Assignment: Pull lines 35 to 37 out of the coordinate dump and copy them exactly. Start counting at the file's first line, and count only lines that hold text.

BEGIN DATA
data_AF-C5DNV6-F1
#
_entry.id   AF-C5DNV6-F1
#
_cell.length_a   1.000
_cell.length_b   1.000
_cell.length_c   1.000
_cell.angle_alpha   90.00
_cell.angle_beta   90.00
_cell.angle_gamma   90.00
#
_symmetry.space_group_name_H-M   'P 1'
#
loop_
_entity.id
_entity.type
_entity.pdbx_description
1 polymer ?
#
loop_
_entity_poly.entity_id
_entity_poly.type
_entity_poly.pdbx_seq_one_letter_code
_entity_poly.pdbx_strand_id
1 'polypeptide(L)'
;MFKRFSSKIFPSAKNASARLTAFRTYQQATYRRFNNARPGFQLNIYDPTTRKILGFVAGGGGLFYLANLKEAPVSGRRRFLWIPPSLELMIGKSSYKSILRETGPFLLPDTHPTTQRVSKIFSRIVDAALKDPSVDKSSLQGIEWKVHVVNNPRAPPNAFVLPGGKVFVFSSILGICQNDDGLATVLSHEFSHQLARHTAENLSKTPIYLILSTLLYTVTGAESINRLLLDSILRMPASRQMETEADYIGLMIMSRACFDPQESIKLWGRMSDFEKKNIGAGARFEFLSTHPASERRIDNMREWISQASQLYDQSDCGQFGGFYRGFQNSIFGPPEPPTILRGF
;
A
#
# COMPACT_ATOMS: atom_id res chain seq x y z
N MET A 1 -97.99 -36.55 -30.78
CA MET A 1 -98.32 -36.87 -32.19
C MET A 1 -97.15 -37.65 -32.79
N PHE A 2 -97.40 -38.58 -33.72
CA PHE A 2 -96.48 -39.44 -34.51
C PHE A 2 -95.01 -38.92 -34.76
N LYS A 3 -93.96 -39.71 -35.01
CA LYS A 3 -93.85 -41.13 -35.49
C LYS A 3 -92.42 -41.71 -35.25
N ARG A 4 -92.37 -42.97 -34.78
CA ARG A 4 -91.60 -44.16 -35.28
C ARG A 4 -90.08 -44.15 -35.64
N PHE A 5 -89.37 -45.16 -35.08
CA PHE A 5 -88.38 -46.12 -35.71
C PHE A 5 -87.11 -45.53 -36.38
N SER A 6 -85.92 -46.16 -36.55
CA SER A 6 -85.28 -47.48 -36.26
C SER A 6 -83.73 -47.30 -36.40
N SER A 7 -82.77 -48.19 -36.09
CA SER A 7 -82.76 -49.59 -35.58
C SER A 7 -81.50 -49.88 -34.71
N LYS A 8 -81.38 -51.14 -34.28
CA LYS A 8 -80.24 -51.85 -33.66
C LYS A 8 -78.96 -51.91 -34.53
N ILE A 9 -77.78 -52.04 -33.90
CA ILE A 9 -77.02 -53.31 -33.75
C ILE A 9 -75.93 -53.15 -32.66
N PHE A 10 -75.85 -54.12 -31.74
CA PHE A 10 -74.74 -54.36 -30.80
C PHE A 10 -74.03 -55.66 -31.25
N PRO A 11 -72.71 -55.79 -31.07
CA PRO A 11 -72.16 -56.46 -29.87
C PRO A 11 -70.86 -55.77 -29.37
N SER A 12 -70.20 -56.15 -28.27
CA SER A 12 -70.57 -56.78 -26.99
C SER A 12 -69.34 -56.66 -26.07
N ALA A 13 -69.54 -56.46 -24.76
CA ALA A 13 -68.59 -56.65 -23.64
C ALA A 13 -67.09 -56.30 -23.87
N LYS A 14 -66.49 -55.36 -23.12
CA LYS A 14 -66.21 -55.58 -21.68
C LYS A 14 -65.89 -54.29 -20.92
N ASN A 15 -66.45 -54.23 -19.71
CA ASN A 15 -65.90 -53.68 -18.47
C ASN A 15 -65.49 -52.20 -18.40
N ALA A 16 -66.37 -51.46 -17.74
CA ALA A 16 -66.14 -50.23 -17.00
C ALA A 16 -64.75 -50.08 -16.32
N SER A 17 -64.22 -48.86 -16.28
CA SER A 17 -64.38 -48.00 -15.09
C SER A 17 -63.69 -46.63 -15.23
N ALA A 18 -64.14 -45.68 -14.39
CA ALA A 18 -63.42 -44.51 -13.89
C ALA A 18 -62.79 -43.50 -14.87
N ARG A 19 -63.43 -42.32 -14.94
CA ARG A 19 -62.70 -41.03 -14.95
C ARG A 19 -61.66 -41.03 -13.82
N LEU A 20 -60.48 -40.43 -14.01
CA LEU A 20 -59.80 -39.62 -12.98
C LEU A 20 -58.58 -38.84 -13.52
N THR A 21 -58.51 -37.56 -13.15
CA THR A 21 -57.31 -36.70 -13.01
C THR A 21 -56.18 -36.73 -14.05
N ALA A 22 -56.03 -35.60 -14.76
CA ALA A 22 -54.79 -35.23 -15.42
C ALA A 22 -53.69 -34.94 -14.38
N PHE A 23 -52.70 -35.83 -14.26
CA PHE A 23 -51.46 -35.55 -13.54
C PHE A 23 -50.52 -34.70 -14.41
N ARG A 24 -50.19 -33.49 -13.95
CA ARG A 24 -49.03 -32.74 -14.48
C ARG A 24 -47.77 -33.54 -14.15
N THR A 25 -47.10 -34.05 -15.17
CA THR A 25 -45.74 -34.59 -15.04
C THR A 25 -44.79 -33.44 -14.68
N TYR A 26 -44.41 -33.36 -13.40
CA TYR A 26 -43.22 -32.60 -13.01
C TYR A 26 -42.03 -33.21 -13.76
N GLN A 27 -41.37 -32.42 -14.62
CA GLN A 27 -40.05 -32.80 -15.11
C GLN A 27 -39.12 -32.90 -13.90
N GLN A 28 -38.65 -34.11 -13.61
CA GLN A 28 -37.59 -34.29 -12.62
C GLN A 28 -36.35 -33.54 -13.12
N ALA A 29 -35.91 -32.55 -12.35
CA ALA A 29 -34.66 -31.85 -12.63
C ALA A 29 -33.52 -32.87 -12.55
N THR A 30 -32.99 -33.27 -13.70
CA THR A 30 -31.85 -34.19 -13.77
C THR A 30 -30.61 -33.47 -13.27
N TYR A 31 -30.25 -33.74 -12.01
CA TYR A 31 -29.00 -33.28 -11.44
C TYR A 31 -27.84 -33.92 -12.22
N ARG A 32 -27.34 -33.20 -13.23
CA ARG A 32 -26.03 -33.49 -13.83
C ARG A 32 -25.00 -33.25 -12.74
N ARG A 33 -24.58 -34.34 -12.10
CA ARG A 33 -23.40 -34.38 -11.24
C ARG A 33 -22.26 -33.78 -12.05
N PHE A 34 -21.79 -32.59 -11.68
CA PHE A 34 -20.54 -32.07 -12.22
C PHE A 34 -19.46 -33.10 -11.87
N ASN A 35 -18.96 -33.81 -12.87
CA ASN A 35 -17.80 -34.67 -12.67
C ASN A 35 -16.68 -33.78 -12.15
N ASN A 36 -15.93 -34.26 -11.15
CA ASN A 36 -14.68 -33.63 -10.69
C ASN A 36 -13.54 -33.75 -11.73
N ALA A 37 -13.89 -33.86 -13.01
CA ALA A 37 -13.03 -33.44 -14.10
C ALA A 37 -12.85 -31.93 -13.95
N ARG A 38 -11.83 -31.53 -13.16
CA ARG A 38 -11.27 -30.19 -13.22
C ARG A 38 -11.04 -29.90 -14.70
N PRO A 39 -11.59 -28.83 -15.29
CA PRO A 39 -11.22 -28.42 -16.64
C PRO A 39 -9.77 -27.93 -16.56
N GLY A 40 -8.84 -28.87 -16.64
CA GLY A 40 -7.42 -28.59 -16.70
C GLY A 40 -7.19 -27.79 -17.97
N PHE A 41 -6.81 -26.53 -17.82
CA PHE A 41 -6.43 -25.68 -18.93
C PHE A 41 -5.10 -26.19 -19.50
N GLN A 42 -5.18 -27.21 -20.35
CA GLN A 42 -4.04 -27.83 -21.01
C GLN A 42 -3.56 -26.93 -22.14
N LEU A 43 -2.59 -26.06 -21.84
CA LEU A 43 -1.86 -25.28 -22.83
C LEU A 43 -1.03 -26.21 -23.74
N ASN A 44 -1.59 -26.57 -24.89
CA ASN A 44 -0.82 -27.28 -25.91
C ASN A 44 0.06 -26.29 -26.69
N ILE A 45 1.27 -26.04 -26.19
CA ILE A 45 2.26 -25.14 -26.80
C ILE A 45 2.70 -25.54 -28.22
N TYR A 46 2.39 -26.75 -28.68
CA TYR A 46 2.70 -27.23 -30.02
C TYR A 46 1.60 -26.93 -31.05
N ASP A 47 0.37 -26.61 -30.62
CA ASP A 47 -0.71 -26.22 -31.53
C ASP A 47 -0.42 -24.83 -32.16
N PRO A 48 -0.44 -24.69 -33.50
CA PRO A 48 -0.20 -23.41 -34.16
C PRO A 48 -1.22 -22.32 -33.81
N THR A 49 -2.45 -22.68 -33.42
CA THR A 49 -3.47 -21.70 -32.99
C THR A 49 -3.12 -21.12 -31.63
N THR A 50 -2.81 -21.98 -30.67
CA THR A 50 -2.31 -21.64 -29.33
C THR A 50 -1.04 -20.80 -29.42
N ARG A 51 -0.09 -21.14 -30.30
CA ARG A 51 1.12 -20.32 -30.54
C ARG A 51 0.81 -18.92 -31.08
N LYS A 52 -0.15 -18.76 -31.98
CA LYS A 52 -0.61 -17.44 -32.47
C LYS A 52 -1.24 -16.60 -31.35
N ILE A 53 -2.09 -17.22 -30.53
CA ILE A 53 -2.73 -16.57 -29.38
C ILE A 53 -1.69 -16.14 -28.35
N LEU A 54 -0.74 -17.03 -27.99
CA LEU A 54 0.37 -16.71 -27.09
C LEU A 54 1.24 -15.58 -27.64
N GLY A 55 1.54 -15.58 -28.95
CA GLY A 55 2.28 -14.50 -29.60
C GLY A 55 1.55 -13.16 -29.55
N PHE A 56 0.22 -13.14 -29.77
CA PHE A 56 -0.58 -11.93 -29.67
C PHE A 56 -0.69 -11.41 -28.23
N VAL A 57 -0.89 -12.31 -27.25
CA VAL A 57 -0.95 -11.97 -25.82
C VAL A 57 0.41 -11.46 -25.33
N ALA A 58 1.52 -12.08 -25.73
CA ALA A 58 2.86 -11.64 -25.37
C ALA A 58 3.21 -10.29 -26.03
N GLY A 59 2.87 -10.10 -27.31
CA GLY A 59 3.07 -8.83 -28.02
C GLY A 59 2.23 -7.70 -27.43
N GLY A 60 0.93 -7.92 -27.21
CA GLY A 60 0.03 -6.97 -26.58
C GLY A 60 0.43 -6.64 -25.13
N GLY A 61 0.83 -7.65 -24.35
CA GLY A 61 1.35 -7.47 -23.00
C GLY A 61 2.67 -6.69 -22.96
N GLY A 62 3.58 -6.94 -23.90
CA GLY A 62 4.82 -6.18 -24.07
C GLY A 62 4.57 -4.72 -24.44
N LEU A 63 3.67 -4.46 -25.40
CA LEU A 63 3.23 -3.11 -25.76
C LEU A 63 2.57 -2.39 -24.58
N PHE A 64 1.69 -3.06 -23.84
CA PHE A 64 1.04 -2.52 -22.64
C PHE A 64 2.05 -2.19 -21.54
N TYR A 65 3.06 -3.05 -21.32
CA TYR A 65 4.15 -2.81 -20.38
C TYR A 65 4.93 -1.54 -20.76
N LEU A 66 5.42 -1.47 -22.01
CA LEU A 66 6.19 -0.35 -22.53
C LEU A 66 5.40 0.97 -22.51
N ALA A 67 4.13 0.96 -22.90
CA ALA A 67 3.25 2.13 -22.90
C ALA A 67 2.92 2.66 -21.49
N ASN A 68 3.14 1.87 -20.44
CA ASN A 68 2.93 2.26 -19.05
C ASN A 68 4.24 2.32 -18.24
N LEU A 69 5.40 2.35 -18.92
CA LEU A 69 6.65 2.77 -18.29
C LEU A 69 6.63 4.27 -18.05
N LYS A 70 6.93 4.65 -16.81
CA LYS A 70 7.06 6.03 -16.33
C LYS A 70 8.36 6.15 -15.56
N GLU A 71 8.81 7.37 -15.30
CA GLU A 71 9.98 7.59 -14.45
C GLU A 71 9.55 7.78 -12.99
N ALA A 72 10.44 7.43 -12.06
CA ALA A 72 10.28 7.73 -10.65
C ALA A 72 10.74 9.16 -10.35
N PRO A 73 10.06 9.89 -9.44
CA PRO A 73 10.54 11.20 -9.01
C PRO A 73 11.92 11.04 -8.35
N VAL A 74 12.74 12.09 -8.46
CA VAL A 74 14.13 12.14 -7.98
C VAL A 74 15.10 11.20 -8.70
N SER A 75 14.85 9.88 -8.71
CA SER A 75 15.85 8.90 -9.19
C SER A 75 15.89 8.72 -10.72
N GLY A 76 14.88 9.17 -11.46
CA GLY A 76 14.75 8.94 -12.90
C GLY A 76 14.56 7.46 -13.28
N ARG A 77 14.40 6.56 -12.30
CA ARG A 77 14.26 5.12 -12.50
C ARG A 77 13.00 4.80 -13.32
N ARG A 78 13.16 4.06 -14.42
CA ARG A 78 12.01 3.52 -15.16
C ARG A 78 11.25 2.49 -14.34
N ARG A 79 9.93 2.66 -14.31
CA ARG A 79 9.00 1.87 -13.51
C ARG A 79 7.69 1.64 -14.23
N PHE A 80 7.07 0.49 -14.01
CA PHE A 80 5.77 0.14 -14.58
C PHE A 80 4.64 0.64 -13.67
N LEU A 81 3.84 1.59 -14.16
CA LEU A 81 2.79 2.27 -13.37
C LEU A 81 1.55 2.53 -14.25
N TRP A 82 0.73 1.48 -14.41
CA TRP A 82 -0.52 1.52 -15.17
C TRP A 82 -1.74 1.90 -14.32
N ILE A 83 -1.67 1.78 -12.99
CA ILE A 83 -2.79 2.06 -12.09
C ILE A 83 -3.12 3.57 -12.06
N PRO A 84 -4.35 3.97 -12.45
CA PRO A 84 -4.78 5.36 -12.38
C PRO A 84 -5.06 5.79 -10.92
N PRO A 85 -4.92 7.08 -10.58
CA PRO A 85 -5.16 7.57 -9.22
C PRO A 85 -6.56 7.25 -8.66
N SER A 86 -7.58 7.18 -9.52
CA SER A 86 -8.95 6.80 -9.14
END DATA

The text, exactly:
CA PHE A 2 -96.48 -39.44 -34.51
C PHE A 2 -95.01 -38.92 -34.76
N LYS A 3 -93.96 -39.71 -35.01